Cloud applications are not isolated islands of functionality. They often need to exchange data with persistent...
data stores, extract and transform data from other enterprise applications or run complex business rules. Often, certain applications and data stores reside in the cloud. In other cases, they span cloud and on-premises resources.
A Microsoft Azure API, which is also known as a connector, links many commonly used applications and services. These connectors enable integration of a wide array of functions. Azure logic apps, mobile apps and Web apps all use connectors.
Connectors include a range of functions and can include the following:
Office 365 Connector allows users to interact with basic Office 365 functions through Microsoft Azure, including email, calendar management and contact management.
Microsoft SQL Connector enables use of create, update, get and delete functions for both on-premises SQL Servers and Azure SQL databases.
SFTP and FTP/FTPS Connectors allow trigger use for file retrieval and for Upload File, Get File, Delete File and List Files functions to be called on FTP/FTPS and SFTP servers.
Azure Storage Blob Connector can connect to any storage blob. It allows the use of numerous blob commands including Get Blob, Delete Blob, List Blobs in Container and Snapshot Blob. It also enables the use of triggers for blob retrieval.
Oracle Database Connector is used in conjunction with any on-premises Oracle database. The connector allows for basic table manipulation with create, update, get anddelete functions.
Microsoft SharePoint Connector connects to either on-premises SharePoint servers or SharePoint Online. The connector enables users to perform basic actions on documents and lists, such as create, update and get. The connector also supports several user authentication methods such as OAuth 2.0 and Windows authentication.
Azure HDInsight Connector is used to create Hadoop clusters and jobs on Azure. Supported job submissions include Pig, Hive MapReduce and Streaming MapReduce.
Additional connectors are listed in the Azure documentation.
Categorizing Microsoft connectors
Microsoft categorizes connectors into several groups based on the kinds of operations they perform and the way connector logic is executed. These groups include standard connectors, premium connectors, EAI and EDI connectors and rule connectors, among others.
Standard connectors work with software as a service (SaaS) applications or network services and include the Office 365, SFTP and FTP/FTPS Connectors. Premium connectors integrate enterprise applications such as Oracle, DB2 and SAP. EAI and EDI connectors provide for more complex extract-and-transform functions using BizTalk services. Finally, rule connectors use BizTalk capabilities and enable developers to create logical business rules and policies decoupled from application code.
Connectors can run in response to logic within Azure applications or in response to an external event. Connectors that respond to application logic are typically used to read and write data to and from databases.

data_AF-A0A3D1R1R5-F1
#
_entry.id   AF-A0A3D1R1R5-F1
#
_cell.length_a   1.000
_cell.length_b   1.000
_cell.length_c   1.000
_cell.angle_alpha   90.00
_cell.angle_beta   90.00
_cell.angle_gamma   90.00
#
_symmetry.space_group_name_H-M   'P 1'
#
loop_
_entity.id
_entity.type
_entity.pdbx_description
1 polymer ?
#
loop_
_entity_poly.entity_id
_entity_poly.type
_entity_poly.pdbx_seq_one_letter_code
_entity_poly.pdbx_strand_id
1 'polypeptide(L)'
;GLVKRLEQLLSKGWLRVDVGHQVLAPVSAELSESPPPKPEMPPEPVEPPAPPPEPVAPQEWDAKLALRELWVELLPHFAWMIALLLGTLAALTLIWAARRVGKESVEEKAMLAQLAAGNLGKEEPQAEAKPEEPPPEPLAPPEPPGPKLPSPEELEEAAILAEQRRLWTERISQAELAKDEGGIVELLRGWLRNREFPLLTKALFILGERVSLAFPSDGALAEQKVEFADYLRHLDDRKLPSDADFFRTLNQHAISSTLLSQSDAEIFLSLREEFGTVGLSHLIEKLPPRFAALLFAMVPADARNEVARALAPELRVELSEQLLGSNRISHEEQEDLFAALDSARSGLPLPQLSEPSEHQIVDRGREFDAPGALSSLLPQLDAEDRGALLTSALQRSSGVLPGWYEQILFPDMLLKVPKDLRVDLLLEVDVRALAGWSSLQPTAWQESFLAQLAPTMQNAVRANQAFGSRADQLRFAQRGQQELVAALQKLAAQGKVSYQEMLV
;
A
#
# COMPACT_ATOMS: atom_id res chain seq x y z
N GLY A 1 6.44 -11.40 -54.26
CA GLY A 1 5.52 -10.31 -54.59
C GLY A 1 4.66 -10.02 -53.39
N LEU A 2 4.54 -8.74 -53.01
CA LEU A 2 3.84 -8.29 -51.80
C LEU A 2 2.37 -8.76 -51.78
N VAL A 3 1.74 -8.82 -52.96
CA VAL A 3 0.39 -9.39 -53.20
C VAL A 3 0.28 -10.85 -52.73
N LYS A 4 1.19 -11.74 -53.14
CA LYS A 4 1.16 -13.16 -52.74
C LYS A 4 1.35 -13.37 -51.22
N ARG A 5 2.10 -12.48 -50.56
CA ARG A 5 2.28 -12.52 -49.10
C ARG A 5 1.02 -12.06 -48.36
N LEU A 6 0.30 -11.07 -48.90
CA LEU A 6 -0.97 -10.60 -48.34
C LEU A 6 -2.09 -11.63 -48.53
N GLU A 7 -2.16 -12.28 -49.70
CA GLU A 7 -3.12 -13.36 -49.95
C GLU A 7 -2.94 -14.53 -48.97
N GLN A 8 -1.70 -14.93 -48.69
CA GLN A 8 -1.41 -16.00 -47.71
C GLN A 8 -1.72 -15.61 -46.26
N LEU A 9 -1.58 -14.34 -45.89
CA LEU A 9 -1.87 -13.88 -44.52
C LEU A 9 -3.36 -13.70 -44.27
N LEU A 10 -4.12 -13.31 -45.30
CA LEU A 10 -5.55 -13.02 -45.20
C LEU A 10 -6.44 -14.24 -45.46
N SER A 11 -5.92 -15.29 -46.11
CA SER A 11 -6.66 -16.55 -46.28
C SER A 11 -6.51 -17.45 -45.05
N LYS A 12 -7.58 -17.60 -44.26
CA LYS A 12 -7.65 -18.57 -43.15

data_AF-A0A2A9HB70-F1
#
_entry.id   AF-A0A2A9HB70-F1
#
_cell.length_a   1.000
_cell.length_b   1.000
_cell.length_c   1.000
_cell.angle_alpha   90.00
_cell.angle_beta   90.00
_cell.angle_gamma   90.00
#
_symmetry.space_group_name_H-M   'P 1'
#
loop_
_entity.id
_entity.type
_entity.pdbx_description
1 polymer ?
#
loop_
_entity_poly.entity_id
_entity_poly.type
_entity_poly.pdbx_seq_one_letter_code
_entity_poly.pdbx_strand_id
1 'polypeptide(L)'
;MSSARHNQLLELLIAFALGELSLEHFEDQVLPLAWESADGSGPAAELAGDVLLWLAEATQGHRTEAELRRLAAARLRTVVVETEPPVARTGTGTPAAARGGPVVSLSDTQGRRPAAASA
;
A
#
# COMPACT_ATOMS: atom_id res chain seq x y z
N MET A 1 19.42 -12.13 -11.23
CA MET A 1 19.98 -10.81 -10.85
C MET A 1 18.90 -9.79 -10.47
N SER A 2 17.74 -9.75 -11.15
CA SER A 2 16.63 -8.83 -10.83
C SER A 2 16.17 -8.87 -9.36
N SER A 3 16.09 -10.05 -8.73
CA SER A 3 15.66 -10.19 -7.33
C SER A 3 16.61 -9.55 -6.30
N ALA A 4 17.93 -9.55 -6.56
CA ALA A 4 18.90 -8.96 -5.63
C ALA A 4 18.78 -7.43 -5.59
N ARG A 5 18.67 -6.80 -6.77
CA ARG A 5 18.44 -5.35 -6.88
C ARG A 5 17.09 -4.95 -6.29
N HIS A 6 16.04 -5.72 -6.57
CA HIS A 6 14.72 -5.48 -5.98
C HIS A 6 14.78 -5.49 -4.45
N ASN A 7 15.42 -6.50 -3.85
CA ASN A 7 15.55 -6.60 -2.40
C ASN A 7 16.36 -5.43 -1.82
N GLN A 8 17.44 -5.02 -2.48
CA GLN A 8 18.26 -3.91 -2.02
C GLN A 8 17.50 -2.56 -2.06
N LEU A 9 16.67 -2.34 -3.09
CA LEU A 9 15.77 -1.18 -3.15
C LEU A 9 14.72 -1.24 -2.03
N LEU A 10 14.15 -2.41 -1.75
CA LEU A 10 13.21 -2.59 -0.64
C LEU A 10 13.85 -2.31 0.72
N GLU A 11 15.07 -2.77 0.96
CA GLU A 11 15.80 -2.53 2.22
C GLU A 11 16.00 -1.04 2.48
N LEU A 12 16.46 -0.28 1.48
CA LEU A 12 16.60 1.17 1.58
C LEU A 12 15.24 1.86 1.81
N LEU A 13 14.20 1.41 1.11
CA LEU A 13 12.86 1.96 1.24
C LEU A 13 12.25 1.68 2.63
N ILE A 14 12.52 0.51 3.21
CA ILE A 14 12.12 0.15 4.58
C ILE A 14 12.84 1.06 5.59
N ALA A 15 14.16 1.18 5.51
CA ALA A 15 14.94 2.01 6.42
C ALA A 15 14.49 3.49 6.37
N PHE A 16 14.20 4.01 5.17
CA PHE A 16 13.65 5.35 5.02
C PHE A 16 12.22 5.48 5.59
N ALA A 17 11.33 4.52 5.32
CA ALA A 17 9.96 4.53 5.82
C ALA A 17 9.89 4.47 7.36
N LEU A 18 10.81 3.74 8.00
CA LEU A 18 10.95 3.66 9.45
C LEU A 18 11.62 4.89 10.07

Some connectors function as triggers and either poll for data or push data. Polling connectors check for particular events at regular intervals. For example, a polling connector checks for an event, such as the arrival of new data. Checks are performed at a program-specified frequency. Polling connectors may need to implement additional code to perform cleanup operations, such as removing a processed record from a queue. Push connectors listen for an event to occur and then launch an instance of a logic application to respond. An example is an HTTP listener that waits for data to arrive on a port and then computes a response to the input.
Connectors that span cloud and on-premises applications that are located behind a firewall require an additional service to enable the exchange of data. Microsoft provides a Hybrid Connection Manager (HCM) to authenticate on-premises applications with cloud-based connectors. HCM runs within an IIS server located within the on-premises network. Don't confuse the HCM with Hybrid Connections, an Azure BizTalk service that connects to on-premises applications using TCP and HTTP. Web apps and mobile apps use this service. HCM does not use BizTalk and supports other protocols, in addition to TCP and HTTP.
A Microsoft Azure API is a core component for cloud applications that depend on external services, such as on-premises or SaaS applications. Connectors are specialized to a particular target service, such as Office 365 or an Oracle database. They also can function under the control of application logic or respond to events as triggers. This combination of connectivity to external Azure applications and a flexible execution model significantly reduces the development burden on system designers tasked with building applications.
Choose the right cloud connector for app integration
How to create connectors for user provisioning in the cloud
The value of securing cloud APIs